The hallmark of insanity, so the saying goes, is the act of repeatedly trying something over and over again and expecting a different result.
That is how many characterize attempts by this province to undo the 1969 Upper Churchill power
contract between Churchill Falls (Labrador) Co. (CFLCo) and Hydro-Québec.
Last week, a judge in Quebec rejected an application by this province’s energy corporation, Nalcor, to change the pricing scheme in that contract.
With no escalator clause, CFLCo — and, by extension, this province — has lost out on a huge windfall reaped by Hydro-Québec when electricity prices rose sharply in the 1970s.
Courts don’t like monkeying with contracts. It sets a bad precedent and sows distrust within the business community. Barring any clear irregularities, the contract reigns.
And that, in a nutshell, has been the essence of two major court rulings handed down on the Upper Churchill contract — the decision last Thursday, and a Canadian Supreme Court ruling in 1984 that quashed provincial legislation aimed at reverting water rights on the Churchill River back to the province.
In its current challenge, Nalcor referred to Quebec’s civil code which declares contracts must not only be negotiated in good faith, but must pan out to be equitable and representative of the understood “relationship” between the parties.
It’s a nebulous concept, and difficult to demonstrate one way or the other.
In the end, Justice Joel Silcoff decided there was no direct evidence of an imbalance in contract negotiations and outcomes.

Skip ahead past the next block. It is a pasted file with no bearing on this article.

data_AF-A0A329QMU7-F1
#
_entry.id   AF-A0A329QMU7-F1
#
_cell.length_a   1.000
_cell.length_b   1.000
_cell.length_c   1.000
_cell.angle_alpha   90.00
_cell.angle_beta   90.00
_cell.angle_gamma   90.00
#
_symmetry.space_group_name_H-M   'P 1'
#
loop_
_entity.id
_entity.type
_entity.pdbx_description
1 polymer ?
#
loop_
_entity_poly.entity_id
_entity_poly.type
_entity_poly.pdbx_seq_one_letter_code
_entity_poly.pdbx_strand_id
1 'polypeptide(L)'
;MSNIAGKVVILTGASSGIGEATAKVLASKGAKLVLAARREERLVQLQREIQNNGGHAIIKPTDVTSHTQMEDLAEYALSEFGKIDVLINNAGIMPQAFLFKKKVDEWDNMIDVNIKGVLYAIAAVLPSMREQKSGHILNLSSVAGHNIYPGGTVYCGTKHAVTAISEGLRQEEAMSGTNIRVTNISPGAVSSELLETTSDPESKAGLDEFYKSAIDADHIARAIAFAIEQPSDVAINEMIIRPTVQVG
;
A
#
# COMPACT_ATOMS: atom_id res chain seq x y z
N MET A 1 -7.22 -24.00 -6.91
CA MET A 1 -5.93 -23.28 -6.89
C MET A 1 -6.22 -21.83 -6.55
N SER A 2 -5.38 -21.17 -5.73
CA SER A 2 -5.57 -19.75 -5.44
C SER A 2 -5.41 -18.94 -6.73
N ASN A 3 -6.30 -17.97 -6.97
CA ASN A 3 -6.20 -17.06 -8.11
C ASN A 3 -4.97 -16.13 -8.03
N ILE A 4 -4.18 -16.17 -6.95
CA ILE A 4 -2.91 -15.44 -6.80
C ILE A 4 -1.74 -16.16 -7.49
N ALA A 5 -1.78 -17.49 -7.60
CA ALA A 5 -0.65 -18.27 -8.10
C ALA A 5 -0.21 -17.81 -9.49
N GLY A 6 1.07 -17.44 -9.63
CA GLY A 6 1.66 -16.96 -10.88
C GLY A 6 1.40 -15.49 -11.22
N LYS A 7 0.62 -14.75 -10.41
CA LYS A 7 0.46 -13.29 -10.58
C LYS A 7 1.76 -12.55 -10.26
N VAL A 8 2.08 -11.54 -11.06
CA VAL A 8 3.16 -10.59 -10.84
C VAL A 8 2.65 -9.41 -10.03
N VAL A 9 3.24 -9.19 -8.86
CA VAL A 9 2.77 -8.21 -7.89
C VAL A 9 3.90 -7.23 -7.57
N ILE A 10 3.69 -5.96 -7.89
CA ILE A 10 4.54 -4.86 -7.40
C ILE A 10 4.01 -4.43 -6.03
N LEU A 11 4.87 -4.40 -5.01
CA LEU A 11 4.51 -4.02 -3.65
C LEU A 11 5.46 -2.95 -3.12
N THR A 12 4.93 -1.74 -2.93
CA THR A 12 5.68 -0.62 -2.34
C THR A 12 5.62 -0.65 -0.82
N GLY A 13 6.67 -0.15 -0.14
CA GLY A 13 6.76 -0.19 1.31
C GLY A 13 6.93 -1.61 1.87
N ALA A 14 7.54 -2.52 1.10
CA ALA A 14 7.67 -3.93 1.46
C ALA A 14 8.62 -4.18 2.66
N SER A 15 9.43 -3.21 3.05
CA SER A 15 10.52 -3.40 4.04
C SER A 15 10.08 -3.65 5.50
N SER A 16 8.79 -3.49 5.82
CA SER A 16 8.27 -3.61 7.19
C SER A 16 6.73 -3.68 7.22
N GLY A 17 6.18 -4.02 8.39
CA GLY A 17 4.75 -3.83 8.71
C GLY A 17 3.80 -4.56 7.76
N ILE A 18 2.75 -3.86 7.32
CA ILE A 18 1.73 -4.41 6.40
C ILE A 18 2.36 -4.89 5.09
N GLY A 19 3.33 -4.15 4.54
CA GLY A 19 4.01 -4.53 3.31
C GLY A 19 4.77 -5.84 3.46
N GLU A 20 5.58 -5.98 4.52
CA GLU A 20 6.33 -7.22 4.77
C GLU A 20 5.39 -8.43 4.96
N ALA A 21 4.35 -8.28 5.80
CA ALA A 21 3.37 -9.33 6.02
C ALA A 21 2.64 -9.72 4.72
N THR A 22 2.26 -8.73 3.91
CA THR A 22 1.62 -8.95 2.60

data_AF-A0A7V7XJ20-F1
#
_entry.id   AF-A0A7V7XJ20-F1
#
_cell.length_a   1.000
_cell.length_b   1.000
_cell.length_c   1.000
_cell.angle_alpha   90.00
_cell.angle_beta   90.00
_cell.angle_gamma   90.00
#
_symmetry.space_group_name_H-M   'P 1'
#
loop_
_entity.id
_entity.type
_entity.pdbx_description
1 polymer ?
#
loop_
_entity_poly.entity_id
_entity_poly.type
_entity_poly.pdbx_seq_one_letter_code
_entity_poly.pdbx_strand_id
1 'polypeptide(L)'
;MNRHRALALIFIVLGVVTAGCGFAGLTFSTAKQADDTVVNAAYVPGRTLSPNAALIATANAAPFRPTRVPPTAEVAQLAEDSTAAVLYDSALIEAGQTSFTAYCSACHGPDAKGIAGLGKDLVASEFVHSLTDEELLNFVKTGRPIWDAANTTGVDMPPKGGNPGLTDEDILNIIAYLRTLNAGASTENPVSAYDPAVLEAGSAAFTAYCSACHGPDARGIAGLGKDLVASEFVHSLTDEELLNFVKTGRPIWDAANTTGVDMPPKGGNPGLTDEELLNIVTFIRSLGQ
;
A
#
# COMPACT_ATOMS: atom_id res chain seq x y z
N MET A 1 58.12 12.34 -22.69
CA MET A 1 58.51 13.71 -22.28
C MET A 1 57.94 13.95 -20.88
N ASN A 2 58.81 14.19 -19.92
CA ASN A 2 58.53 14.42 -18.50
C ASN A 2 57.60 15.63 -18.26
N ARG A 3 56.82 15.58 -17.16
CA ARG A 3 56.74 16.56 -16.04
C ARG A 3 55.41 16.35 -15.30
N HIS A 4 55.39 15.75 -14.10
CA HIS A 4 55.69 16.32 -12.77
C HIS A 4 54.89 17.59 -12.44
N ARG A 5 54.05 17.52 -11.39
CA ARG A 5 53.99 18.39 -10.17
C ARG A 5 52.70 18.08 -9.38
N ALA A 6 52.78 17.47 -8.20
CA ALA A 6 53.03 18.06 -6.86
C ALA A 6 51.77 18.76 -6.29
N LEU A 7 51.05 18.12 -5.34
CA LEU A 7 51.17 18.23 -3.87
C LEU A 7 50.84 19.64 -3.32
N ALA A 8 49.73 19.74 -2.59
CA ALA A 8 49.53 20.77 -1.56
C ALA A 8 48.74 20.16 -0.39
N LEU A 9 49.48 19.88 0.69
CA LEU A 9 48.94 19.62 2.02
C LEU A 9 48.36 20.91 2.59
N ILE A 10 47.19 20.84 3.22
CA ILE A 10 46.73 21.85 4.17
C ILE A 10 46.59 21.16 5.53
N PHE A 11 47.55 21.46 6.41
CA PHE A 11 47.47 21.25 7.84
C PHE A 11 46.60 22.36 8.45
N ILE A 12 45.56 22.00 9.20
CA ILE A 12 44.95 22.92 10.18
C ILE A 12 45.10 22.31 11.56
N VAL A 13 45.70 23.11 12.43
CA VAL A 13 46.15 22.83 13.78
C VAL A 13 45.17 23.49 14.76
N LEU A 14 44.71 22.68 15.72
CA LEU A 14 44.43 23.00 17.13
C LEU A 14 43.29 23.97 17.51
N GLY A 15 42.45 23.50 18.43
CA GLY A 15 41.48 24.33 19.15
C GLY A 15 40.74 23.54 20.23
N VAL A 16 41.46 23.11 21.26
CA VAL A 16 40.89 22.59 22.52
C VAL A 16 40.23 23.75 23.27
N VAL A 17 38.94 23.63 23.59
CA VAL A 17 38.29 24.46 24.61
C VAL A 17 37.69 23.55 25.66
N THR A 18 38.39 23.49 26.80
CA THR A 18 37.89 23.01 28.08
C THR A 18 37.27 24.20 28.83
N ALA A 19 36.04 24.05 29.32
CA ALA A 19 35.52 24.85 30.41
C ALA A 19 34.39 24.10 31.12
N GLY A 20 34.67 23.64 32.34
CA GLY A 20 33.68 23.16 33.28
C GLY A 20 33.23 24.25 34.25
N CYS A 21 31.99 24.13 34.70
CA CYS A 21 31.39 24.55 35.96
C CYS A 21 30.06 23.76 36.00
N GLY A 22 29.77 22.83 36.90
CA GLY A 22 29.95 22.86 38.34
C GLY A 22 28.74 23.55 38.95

That may be true, but his interpretation of the circumstances at that time do leave room for argument.
For example, Silcoff says the fixed rate of return for CFLCo was seen as a benefit because it allowed the company to avail of loans it may otherwise have not secured.
That’s one way of seeing it. Another way is to consider that CFLCo had little choice but to accept the fixed price if it wanted to fund the project at all.
Silcoff also noted it was CFLCo that demanded an even lower sale price for a 25-year extension of the contract (from 2016-2041). If true, this would be a rather strange demand: “We insist you purchase power from us for another 25 years, and we insist you pay less for it.”
In reality, Silcoff glossed over the fact that Hydro-Québec only wanted the option to extend the contract. In order to guarantee a purchaser into the future, therefore, CFLCo had to sweeten the pot.
After all, who else were they going to sell power to?
Which raises another important question.
The judge was unusually harsh on the testimony of CFLCo’s main witnesses, including an electricity market analyst named John Dalton.
Dalton testified that CFLCo was told there would be no corridor through Quebec for them to sell Upper Churchill power to third parties. In his decision, Silcoff scolded Dalton for providing no documented proof of such a warning.
Nonetheless, the circumstances still present a pretty clear picture.
As the judge duly notes, at the time the contract was signed, there was insufficient infrastructure to transmit power through Quebec. There was no tariff regime in place whereby CFLCo could at least theoretically wheel power to other customers. In short, CFLCo was stuck with its sole customer.
Nalcor intends to appeal the ruling to the Supreme Court.
It will likely be upheld. Even if there’s only a glimmer of hope that the unthinkable may happen, however, it’s worth pursuing.
It’s worth it because the contractual subjugation of the Upper Churchill resource is a wretched thing. It reinforces the age-old insecurities of our colonial past, where the livyers were duped into servility — hauling nets and hewing wood for distant masters.
We are a culture steeped in resentment, a sense of unfairness that sometimes conjures monstrous conspiracies that aren’t even there. Our leaders often play on our fierce pride and suspicion of foreign interests, usually to our detriment.
But why would we not battle mightily against one very real inequity that helps fuel such resentments?
Peter Jackson is The Telegram’s